Who ordered the scrambled brains?

Setting the standard for weblogs.

Spam Sweet Spam

Finally got around to setting up SpamAssassin on my email server (postfix). Currently, I’ve been relying on relaying my email through my ‘mikemcg@ucla.edu’ account (notice how I boldly plaster my email address on my website, easy pickin’s for the automated email address scrapers used by spammers) so that UCLA will flag the spam. But soon I plan on giving out ‘mike at scrambledbrains.net’ as my primary personal email address (and ‘michael.mcgranahan at ucla.edu’ as my professional email address — nice and clean, and effective separation of work and private, if I do say so myself, but I want to get No-IP’s Backup MX service first), so email will be going straight to my personal mail server. That means no more UCLA spam-scanning. Hence I set up SpamAssassin.

Anyway, in testing SpamAssassin, I found that by including a certain string in the body of your email, it will trigger the spam detector to score it 997 (normal spam scores around 10, and non-spam scores around 2). So I got to thinking, I wonder how many email readers honor the spam score (it’s stored in the message header by SpamAssassin before being delivered to your mailbox). If a lot of them do, then you could intentionally include that string to ensure that your email get’s marked as spam and might go unnoticed by the recipient. I can’t think of a specific example to take advantage of this, but you could probably use it to get out of binds. You send an email to get out of a hairy situation, and later on you can say, “What do you mean you didn’t know?! I emailed you! Maybe it’s in your junk mail folder, but that’s not my fault, I notified you in good faith!” [Grin — all the way to the bank.] Of course I’m being totally facetious but it’s interesting nonetheless. And now that string:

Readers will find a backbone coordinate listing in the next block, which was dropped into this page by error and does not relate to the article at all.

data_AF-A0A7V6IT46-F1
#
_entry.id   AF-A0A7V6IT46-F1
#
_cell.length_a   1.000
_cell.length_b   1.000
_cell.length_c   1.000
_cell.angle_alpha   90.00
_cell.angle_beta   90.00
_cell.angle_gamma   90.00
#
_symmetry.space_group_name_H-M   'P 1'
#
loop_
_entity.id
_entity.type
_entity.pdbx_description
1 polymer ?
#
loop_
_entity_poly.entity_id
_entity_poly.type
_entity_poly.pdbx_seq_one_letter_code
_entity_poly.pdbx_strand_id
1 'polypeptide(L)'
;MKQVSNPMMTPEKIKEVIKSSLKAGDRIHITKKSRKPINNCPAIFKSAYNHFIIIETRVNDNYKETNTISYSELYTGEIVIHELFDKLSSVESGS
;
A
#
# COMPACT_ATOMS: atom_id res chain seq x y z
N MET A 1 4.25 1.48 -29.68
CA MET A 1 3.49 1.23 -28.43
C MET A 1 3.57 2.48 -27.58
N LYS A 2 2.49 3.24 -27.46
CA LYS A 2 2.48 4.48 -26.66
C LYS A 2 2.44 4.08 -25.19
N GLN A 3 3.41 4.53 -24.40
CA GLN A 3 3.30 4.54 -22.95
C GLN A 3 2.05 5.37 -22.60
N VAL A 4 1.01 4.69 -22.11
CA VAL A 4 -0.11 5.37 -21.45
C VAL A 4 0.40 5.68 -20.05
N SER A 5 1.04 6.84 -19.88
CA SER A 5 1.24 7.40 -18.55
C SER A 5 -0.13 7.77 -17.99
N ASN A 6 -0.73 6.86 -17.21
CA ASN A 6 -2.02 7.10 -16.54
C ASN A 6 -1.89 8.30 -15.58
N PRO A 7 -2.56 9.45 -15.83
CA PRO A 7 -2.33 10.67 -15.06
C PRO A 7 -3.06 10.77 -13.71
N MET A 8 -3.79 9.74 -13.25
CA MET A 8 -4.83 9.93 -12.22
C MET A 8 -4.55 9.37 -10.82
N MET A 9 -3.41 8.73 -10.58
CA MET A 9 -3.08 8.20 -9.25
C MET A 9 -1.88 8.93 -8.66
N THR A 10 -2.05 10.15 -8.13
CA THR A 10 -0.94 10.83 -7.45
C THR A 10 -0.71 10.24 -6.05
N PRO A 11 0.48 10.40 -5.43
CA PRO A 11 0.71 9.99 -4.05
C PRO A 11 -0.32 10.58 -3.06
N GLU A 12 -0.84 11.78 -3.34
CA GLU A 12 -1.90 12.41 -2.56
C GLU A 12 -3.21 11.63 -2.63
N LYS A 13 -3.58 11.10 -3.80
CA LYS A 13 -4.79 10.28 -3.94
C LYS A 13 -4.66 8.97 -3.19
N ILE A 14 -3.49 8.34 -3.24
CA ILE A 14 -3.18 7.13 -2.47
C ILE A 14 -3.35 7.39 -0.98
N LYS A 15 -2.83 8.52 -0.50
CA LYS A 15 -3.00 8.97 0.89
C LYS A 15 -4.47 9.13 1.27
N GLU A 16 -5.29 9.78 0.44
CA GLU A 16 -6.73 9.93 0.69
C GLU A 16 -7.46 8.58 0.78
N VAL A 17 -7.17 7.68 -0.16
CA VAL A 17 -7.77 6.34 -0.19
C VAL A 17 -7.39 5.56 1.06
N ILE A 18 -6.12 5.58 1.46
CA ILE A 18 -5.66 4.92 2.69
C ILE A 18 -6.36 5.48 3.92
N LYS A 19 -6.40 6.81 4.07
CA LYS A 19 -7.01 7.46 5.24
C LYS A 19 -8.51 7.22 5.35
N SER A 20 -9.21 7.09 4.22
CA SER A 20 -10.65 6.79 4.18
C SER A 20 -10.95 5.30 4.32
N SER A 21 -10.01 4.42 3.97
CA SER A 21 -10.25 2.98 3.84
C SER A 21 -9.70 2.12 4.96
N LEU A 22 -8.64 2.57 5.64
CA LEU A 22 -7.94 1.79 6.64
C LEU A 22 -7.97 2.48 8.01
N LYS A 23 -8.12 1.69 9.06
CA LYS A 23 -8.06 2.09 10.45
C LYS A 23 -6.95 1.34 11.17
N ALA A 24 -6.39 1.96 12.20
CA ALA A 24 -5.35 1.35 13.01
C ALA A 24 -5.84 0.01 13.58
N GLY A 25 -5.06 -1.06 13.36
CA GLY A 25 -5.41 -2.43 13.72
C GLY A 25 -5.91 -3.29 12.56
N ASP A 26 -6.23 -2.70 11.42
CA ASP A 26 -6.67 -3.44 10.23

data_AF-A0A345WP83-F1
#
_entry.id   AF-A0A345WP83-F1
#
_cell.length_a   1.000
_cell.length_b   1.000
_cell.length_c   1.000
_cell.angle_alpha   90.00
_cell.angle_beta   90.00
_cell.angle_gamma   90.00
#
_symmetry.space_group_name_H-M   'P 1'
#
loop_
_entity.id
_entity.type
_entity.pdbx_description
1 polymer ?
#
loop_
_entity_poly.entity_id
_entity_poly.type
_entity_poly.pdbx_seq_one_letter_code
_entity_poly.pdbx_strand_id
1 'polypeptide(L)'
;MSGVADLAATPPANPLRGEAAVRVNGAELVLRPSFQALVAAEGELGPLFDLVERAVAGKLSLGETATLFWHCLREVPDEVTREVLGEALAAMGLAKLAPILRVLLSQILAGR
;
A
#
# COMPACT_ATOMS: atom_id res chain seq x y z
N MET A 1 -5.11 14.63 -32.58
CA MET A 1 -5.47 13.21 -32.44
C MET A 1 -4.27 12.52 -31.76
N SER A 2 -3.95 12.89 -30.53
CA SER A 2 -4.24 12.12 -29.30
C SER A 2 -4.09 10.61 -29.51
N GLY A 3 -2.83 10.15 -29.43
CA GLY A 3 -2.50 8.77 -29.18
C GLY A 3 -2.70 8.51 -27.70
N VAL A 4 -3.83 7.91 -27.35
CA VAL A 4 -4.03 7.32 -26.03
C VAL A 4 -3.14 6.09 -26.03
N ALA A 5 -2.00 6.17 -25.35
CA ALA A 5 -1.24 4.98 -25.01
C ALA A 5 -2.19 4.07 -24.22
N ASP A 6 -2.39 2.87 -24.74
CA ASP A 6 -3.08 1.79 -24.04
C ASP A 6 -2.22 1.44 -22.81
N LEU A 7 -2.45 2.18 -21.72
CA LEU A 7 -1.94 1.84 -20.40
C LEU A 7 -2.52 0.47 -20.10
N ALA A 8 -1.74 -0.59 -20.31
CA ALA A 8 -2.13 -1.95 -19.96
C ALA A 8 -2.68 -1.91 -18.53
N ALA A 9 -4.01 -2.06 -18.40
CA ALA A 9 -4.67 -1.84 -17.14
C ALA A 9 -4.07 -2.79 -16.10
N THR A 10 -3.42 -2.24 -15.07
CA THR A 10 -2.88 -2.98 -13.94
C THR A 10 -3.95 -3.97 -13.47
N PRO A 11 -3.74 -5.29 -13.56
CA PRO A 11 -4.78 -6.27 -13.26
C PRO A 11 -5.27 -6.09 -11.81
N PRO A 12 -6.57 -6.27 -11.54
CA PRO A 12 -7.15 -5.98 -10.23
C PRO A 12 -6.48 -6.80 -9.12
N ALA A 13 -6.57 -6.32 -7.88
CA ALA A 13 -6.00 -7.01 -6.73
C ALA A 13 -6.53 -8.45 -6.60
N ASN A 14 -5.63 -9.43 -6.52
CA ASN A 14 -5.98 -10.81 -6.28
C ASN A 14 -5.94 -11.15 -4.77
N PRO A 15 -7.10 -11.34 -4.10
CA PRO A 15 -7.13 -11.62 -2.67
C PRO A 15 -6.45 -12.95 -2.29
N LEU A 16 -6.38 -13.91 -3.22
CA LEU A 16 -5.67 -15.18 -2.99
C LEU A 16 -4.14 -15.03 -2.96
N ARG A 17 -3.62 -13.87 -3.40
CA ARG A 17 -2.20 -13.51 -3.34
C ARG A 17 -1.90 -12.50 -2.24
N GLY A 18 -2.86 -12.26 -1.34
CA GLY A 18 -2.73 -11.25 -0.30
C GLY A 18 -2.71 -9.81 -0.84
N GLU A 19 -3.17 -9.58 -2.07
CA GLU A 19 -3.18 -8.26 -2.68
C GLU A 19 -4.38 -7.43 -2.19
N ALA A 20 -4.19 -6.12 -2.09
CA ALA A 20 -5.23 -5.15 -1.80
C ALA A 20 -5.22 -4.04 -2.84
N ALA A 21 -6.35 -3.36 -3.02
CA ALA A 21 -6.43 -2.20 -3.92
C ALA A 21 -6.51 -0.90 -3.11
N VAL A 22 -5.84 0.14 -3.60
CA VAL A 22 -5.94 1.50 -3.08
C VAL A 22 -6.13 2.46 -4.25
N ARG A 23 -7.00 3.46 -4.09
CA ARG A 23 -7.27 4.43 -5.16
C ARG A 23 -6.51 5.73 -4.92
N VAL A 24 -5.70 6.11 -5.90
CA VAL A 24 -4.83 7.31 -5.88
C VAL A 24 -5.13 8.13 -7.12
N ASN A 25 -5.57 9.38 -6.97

Just paste that into an email and if their email client honors spam scores, the message will end up in their junk folder. Send it as HTML and format the text color white so as not to arouse suspicion. And then take over the world!

Now to get that OpenLDAP server up and running so I can have a personal address book accessible from anywhere.

Follow me on Twitter for the latest updates, and make sure to check out my community opinion social networking project, Blocvox.

No Comments Yet

Commenting options at bottom.

XHTML: You can use these tags: <a href="" title=""> <abbr title=""> <acronym title=""> <b> <blockquote cite=""> <code> <em> <i> <strike> <strong>

Comments are subject to moderation.

Commenting Options

Notify me of followup comments via-email

| Comment feed for this page | Trackback URL